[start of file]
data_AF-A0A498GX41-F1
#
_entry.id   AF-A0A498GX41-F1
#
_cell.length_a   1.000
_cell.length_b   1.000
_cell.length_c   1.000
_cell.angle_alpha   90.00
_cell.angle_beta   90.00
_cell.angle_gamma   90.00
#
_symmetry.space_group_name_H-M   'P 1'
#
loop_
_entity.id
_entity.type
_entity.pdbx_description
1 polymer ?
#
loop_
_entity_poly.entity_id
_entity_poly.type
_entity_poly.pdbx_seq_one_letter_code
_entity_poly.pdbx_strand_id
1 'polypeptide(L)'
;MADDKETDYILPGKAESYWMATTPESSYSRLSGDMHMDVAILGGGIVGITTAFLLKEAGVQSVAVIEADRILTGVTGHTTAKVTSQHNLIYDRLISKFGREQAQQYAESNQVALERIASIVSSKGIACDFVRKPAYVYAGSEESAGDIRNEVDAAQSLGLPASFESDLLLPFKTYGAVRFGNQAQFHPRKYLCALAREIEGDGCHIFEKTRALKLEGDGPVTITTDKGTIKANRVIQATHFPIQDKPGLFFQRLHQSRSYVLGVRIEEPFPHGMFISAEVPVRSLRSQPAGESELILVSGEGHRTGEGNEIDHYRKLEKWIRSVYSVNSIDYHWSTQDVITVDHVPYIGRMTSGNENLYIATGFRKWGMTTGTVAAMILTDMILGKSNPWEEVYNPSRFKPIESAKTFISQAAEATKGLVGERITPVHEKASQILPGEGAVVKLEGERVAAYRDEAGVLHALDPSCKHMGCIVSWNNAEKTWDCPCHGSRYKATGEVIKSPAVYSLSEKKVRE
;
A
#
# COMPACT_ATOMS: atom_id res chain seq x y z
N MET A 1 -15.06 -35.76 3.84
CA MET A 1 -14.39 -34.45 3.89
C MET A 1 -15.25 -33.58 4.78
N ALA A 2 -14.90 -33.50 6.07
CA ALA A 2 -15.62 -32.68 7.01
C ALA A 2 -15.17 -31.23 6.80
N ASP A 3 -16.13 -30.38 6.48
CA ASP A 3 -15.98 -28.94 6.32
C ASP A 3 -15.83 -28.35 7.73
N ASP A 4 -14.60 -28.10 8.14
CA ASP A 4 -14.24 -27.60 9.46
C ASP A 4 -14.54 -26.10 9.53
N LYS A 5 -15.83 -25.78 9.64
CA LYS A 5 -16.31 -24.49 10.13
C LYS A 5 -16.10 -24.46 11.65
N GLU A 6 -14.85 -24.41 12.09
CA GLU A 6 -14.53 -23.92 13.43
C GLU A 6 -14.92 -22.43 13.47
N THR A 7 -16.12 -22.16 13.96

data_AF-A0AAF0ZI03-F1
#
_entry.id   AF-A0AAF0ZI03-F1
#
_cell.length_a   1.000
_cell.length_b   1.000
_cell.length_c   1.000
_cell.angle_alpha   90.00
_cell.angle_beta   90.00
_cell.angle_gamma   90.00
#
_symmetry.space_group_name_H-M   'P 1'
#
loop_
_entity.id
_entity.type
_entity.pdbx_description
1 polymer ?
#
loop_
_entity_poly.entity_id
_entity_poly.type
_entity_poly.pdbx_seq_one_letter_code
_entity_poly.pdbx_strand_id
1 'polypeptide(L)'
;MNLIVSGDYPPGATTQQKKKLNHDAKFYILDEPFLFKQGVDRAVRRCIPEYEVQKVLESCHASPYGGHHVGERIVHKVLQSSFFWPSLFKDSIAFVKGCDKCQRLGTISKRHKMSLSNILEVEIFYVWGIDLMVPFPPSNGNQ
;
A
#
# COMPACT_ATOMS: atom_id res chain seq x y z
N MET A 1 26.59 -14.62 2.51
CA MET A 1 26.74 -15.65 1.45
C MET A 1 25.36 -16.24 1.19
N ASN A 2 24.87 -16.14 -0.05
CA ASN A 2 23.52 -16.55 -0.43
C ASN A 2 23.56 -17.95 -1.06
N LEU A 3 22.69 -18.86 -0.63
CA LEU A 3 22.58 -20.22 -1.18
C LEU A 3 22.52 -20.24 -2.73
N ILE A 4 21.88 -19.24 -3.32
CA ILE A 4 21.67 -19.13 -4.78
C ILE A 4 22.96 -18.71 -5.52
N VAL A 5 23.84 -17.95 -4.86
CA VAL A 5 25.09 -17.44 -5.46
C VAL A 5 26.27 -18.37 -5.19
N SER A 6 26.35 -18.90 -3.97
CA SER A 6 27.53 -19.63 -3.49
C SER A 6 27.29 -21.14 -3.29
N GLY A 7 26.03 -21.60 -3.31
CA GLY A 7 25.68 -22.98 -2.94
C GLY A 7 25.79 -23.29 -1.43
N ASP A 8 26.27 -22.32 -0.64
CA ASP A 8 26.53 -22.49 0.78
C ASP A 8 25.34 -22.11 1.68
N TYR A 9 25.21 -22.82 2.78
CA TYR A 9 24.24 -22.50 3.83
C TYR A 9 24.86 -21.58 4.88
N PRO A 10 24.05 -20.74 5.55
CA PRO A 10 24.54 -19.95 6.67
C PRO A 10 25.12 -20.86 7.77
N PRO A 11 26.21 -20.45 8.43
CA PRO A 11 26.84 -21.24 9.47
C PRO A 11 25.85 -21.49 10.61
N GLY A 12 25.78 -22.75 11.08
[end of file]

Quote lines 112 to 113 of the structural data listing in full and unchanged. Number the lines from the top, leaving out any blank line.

C PRO A 11 25.85 -21.49 10.61
N GLY A 12 25.78 -22.75 11.08